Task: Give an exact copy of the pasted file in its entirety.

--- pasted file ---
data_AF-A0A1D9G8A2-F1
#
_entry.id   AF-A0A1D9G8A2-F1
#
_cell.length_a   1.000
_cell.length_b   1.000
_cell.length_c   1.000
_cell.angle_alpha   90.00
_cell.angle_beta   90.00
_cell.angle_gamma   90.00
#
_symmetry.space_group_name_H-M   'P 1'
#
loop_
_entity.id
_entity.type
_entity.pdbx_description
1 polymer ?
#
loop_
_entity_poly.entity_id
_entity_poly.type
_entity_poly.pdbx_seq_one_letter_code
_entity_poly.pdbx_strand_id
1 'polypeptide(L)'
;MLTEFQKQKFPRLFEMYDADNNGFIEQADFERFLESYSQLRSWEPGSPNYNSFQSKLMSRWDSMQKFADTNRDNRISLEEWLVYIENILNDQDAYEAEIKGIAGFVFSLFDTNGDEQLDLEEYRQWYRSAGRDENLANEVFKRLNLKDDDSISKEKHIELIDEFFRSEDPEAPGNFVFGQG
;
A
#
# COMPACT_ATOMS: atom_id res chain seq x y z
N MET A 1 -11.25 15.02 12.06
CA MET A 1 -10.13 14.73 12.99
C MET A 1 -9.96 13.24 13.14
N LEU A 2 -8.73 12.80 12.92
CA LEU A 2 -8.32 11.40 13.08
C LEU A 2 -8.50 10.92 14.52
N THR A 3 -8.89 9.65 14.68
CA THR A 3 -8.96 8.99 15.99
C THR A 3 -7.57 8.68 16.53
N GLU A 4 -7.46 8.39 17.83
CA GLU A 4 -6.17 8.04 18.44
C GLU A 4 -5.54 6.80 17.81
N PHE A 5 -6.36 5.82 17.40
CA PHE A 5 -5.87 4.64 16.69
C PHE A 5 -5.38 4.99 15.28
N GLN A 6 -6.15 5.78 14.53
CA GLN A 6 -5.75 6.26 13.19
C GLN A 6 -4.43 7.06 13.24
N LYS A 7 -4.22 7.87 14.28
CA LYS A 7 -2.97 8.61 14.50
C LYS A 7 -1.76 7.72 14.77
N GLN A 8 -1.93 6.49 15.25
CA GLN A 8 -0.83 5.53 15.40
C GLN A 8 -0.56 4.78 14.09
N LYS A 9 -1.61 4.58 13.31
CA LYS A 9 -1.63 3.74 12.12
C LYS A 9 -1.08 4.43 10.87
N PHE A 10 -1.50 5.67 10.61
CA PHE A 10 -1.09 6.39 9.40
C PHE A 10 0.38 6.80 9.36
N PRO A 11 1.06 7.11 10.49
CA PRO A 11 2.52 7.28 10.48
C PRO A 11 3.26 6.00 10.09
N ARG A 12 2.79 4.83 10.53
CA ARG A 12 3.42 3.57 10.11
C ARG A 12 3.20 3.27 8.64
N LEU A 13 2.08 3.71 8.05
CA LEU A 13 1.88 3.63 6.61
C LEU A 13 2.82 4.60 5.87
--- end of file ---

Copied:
data_AF-A0A1D9G8A2-F1
#
_entry.id   AF-A0A1D9G8A2-F1
#
_cell.length_a   1.000
_cell.length_b   1.000
_cell.length_c   1.000
_cell.angle_alpha   90.00
_cell.angle_beta   90.00
_cell.angle_gamma   90.00
#
_symmetry.space_group_name_H-M   'P 1'
#
loop_
_entity.id
_entity.type
_entity.pdbx_description
1 polymer ?
#
loop_
_entity_poly.entity_id
_entity_poly.type
_entity_poly.pdbx_seq_one_letter_code
_entity_poly.pdbx_strand_id
1 'polypeptide(L)'
;MLTEFQKQKFPRLFEMYDADNNGFIEQADFERFLESYSQLRSWEPGSPNYNSFQSKLMSRWDSMQKFADTNRDNRISLEEWLVYIENILNDQDAYEAEIKGIAGFVFSLFDTNGDEQLDLEEYRQWYRSAGRDENLANEVFKRLNLKDDDSISKEKHIELIDEFFRSEDPEAPGNFVFGQG
;
A
#
# COMPACT_ATOMS: atom_id res chain seq x y z
N MET A 1 -11.25 15.02 12.06
CA MET A 1 -10.13 14.73 12.99
C MET A 1 -9.96 13.24 13.14
N LEU A 2 -8.73 12.80 12.92
CA LEU A 2 -8.32 11.40 13.08
C LEU A 2 -8.50 10.92 14.52
N THR A 3 -8.89 9.65 14.68
CA THR A 3 -8.96 8.99 15.99
C THR A 3 -7.57 8.68 16.53
N GLU A 4 -7.46 8.39 17.83
CA GLU A 4 -6.17 8.04 18.44
C GLU A 4 -5.54 6.80 17.81
N PHE A 5 -6.36 5.82 17.40
CA PHE A 5 -5.87 4.64 16.69
C PHE A 5 -5.38 4.99 15.28
N GLN A 6 -6.15 5.78 14.53
CA GLN A 6 -5.75 6.26 13.19
C GLN A 6 -4.43 7.06 13.24
N LYS A 7 -4.22 7.87 14.28
CA LYS A 7 -2.97 8.61 14.50
C LYS A 7 -1.76 7.72 14.77
N GLN A 8 -1.93 6.49 15.25
CA GLN A 8 -0.83 5.53 15.40
C GLN A 8 -0.56 4.78 14.09
N LYS A 9 -1.61 4.58 13.31
CA LYS A 9 -1.63 3.74 12.12
C LYS A 9 -1.08 4.43 10.87
N PHE A 10 -1.50 5.67 10.61
CA PHE A 10 -1.09 6.39 9.40
C PHE A 10 0.38 6.80 9.36
N PRO A 11 1.06 7.11 10.49
CA PRO A 11 2.52 7.28 10.48
C PRO A 11 3.26 6.00 10.09
N ARG A 12 2.79 4.83 10.53
CA ARG A 12 3.42 3.57 10.11
C ARG A 12 3.20 3.27 8.64
N LEU A 13 2.08 3.71 8.05
CA LEU A 13 1.88 3.63 6.61
C LEU A 13 2.82 4.60 5.87